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Gentlemen, start your engines. Google App Engines, that is (and ladies, too). That was the word from Google tech lead Kevin Gibbs in his keynote speech at the annual Google I/O conference today at the Moscone Center in San Francisco.

The company in April introduced App Engine to the first 10,000 developers to take it, a program offering the ability to run applications on Google’s worldwide server farms at essentially no charge. Today it removed the waiting list, which had topped 150,000 names, according to reports.

Google’s slogan for the App Engine program was and is “no assembly required, easy to scale and free to get started.” The program gives developers free access to dynamic Web services, 500MB of persistent storage via the Google File System with queries, sorting and transactions, load balancing and automatic scaling and its Python-based development environment. App Engine also includes access to BigTable, Google’s home-grown high-performance database that works atop the GFS and was designed to automatically scale to hundreds or thousands of systems as additional resources become available.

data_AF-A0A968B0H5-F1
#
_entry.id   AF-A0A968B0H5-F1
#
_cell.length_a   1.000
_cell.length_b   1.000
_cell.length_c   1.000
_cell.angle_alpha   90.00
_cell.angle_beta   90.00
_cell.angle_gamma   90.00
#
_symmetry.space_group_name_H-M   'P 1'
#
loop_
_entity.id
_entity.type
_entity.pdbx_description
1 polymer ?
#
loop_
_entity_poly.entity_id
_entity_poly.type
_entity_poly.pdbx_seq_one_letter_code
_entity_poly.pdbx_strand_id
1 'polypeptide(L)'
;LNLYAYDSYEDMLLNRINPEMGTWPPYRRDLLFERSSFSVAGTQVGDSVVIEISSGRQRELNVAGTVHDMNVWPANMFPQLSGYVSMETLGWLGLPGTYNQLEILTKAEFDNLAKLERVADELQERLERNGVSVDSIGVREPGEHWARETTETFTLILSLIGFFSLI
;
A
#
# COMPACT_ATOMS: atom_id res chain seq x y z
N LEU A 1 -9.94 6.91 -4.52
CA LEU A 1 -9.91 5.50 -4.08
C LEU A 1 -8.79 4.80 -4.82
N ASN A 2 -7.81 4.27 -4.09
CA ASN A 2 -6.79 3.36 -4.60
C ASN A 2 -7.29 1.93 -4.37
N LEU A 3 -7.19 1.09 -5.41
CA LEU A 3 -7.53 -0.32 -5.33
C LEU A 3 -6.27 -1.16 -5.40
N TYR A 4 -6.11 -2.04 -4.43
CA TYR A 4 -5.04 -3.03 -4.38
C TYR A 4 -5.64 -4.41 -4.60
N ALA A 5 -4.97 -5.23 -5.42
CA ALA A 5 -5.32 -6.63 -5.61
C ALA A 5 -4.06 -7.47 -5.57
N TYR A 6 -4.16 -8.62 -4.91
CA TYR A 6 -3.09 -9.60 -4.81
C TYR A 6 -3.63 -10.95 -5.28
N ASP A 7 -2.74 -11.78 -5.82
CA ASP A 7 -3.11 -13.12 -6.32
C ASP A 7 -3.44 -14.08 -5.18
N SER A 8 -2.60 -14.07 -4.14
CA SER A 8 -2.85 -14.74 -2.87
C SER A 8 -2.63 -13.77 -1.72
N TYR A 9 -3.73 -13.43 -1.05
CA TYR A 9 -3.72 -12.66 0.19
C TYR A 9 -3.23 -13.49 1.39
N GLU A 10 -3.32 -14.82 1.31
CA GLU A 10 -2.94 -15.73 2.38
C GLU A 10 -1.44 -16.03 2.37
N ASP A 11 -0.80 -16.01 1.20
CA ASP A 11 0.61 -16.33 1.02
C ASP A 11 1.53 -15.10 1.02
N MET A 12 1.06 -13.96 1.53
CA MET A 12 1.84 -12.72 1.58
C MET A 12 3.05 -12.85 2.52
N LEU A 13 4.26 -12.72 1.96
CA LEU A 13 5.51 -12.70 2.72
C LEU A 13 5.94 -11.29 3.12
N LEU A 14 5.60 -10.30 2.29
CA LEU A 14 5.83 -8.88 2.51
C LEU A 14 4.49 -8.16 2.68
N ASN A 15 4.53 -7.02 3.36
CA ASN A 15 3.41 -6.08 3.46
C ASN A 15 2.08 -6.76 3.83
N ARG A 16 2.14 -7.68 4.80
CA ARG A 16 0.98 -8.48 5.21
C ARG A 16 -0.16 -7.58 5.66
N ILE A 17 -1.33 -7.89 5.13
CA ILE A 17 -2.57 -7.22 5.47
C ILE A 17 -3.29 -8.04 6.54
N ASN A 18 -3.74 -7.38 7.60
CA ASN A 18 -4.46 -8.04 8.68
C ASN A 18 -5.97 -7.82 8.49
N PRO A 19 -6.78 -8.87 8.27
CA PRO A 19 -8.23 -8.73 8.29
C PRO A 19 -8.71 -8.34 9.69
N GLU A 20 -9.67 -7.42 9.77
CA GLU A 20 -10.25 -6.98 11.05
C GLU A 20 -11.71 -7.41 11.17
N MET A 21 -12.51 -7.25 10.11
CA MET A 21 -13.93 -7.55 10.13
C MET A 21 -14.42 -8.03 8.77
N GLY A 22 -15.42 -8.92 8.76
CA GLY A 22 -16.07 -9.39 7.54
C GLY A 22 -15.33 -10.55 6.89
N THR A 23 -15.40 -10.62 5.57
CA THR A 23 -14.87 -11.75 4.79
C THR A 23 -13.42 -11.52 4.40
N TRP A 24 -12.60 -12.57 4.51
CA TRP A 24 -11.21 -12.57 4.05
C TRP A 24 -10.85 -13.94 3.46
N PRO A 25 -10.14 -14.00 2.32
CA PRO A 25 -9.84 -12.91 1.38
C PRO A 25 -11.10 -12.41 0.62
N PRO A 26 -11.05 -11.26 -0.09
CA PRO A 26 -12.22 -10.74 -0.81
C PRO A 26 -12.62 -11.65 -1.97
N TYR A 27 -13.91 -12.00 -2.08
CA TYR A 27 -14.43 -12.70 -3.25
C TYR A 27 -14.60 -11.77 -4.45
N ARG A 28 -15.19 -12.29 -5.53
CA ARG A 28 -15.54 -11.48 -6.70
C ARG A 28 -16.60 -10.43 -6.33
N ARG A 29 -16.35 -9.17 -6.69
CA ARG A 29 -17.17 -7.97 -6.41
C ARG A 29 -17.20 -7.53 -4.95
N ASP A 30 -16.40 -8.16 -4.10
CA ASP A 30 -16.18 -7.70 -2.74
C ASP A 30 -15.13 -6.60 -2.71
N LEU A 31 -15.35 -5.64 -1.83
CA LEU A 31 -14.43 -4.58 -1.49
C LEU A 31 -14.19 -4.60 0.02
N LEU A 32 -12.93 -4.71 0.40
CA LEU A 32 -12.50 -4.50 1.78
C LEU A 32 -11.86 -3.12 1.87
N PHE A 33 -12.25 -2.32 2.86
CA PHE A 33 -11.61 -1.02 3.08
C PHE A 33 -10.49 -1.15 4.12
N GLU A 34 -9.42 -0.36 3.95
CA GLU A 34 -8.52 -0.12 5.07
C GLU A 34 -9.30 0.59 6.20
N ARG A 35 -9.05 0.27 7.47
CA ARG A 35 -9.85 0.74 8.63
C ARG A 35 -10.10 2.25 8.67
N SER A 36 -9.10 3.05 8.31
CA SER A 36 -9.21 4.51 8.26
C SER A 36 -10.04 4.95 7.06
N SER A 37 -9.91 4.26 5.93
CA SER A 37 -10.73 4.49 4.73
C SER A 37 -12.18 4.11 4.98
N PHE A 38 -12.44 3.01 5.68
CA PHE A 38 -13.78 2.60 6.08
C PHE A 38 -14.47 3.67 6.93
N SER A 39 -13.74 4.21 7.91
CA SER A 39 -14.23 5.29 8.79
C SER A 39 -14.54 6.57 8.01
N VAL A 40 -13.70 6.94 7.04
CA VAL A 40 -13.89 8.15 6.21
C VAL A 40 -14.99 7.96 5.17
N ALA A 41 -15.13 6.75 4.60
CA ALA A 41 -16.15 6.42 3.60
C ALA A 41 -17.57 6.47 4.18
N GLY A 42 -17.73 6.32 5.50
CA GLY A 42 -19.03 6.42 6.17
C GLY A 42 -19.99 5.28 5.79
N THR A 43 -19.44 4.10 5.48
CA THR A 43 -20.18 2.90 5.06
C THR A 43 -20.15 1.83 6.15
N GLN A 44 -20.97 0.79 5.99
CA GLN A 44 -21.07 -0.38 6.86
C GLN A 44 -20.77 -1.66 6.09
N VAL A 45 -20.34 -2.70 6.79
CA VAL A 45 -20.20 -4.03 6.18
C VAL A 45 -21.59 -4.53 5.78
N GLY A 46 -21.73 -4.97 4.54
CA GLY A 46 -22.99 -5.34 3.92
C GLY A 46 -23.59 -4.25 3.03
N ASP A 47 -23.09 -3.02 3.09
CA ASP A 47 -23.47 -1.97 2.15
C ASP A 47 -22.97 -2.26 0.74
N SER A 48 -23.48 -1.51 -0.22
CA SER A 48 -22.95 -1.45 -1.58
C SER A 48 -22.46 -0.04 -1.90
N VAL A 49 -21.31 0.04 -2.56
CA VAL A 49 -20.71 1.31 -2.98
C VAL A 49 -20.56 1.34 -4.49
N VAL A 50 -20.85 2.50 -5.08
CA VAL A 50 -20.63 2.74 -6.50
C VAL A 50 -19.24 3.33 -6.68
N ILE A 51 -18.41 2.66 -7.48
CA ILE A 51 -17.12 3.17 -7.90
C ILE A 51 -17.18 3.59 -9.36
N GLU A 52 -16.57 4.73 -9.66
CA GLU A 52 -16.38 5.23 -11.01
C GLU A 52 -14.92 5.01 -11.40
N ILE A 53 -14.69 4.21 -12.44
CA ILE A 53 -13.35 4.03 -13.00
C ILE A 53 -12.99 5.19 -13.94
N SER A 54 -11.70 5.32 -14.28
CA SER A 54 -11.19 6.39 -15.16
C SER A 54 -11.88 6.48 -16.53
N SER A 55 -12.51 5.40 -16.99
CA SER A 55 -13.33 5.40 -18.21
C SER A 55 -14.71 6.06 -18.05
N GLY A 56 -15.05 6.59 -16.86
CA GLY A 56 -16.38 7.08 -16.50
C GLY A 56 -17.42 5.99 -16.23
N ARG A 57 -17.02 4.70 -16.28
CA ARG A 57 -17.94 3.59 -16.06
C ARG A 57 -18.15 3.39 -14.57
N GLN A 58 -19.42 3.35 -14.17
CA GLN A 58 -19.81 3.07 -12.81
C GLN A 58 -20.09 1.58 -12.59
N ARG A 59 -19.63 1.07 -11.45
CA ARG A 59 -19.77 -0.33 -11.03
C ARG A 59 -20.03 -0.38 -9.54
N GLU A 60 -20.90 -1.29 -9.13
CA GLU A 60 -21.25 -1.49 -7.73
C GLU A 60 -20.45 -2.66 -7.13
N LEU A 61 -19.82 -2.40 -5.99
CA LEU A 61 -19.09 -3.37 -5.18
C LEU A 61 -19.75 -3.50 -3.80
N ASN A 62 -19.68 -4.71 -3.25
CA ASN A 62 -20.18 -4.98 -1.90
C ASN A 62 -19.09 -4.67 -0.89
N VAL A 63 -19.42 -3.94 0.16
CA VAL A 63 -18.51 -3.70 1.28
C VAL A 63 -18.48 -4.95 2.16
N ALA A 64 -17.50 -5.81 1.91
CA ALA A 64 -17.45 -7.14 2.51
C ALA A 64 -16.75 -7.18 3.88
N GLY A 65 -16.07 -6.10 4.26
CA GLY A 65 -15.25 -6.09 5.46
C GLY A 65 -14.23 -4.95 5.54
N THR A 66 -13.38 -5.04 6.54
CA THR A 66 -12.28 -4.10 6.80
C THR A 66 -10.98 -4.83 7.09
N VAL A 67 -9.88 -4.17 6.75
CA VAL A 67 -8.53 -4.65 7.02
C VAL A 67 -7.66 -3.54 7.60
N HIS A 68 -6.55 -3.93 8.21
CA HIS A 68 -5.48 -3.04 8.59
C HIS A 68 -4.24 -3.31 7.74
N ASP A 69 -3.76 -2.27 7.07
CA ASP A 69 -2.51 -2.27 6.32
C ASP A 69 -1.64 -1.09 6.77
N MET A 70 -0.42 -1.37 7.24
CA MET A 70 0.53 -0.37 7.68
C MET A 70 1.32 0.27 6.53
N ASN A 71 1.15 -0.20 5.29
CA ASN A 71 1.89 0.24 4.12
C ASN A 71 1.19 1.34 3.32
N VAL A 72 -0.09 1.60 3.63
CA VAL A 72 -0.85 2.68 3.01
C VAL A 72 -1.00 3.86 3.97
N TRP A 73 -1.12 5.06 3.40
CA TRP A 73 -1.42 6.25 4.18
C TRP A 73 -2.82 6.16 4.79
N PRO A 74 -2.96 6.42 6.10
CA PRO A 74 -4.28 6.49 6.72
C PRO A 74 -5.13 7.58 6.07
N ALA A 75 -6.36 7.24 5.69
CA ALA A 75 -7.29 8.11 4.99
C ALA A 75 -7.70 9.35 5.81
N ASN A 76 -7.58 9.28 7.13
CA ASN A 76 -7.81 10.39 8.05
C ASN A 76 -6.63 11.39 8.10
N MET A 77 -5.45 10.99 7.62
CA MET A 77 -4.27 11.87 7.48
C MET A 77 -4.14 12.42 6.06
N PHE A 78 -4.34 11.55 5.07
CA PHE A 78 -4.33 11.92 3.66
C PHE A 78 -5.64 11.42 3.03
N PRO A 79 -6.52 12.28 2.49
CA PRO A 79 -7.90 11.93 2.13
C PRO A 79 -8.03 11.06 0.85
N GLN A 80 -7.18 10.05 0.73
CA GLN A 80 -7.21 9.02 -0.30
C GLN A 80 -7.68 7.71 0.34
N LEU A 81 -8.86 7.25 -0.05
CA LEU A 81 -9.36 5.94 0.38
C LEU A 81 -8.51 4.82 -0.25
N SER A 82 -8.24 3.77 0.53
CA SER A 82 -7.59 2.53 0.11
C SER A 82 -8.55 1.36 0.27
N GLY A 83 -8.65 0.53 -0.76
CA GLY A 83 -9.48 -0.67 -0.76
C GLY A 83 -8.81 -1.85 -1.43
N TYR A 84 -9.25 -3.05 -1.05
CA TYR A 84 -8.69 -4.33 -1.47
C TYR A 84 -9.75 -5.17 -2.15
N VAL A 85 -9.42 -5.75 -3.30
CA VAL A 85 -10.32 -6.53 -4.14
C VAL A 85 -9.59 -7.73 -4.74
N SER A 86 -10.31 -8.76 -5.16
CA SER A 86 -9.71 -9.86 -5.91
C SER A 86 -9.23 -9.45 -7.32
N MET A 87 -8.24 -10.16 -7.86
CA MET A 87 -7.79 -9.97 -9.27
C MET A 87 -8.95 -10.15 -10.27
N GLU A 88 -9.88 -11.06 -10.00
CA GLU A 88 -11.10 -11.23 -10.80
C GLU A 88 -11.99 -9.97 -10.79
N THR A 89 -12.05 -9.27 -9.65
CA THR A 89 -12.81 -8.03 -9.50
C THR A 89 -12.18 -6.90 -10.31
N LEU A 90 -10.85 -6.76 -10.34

There are other limits to the free version. Developers are limited to three registered applications. Applications are limited to 5 million page views per month, 200 million megacycles of CPU processing and 10 GB of bandwidth per 24-hour period. Charges would apply after that, which according to most reports would be roughly comparable to competitive services from Amazon and Salesforce. The company also is expected to publish a pair of new APIs in coming weeks that will introduce image manipulation and memory caching capabilities.

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